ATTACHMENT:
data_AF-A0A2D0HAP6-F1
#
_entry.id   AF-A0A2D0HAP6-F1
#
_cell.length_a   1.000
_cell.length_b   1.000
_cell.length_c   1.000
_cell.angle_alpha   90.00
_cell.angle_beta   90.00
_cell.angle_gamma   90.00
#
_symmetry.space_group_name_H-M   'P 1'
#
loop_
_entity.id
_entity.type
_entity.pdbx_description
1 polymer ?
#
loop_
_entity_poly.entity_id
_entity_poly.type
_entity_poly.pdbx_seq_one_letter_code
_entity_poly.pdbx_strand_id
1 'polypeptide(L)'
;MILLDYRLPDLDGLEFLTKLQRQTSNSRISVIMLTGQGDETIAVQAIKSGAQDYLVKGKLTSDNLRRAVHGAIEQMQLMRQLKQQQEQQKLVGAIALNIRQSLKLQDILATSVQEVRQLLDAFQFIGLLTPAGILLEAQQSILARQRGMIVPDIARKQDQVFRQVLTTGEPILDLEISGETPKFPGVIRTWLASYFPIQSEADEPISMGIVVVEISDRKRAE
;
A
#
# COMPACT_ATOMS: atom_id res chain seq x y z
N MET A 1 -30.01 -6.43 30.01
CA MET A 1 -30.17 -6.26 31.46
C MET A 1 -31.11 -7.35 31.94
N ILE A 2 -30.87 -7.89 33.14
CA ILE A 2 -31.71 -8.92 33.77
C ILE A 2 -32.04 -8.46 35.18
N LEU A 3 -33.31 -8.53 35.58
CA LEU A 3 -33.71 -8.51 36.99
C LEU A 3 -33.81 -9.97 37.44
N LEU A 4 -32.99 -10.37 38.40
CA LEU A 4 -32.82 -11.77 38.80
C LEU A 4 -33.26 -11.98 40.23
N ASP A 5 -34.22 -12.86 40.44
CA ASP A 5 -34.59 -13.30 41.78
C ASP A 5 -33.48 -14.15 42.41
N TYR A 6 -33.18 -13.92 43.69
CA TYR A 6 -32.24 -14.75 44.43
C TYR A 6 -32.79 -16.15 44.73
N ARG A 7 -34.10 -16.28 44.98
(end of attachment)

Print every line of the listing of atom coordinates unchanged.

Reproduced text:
data_AF-A0A2D0HAP6-F1
#
_entry.id   AF-A0A2D0HAP6-F1
#
_cell.length_a   1.000
_cell.length_b   1.000
_cell.length_c   1.000
_cell.angle_alpha   90.00
_cell.angle_beta   90.00
_cell.angle_gamma   90.00
#
_symmetry.space_group_name_H-M   'P 1'
#
loop_
_entity.id
_entity.type
_entity.pdbx_description
1 polymer ?
#
loop_
_entity_poly.entity_id
_entity_poly.type
_entity_poly.pdbx_seq_one_letter_code
_entity_poly.pdbx_strand_id
1 'polypeptide(L)'
;MILLDYRLPDLDGLEFLTKLQRQTSNSRISVIMLTGQGDETIAVQAIKSGAQDYLVKGKLTSDNLRRAVHGAIEQMQLMRQLKQQQEQQKLVGAIALNIRQSLKLQDILATSVQEVRQLLDAFQFIGLLTPAGILLEAQQSILARQRGMIVPDIARKQDQVFRQVLTTGEPILDLEISGETPKFPGVIRTWLASYFPIQSEADEPISMGIVVVEISDRKRAE
;
A
#
# COMPACT_ATOMS: atom_id res chain seq x y z
N MET A 1 -30.01 -6.43 30.01
CA MET A 1 -30.17 -6.26 31.46
C MET A 1 -31.11 -7.35 31.94
N ILE A 2 -30.87 -7.89 33.14
CA ILE A 2 -31.71 -8.92 33.77
C ILE A 2 -32.04 -8.46 35.18
N LEU A 3 -33.31 -8.53 35.58
CA LEU A 3 -33.71 -8.51 36.99
C LEU A 3 -33.81 -9.97 37.44
N LEU A 4 -32.99 -10.37 38.40
CA LEU A 4 -32.82 -11.77 38.80
C LEU A 4 -33.26 -11.98 40.23
N ASP A 5 -34.22 -12.86 40.44
CA ASP A 5 -34.59 -13.30 41.78
C ASP A 5 -33.48 -14.15 42.41
N TYR A 6 -33.18 -13.92 43.69
CA TYR A 6 -32.24 -14.75 44.43
C TYR A 6 -32.79 -16.15 44.73
N ARG A 7 -34.10 -16.28 44.98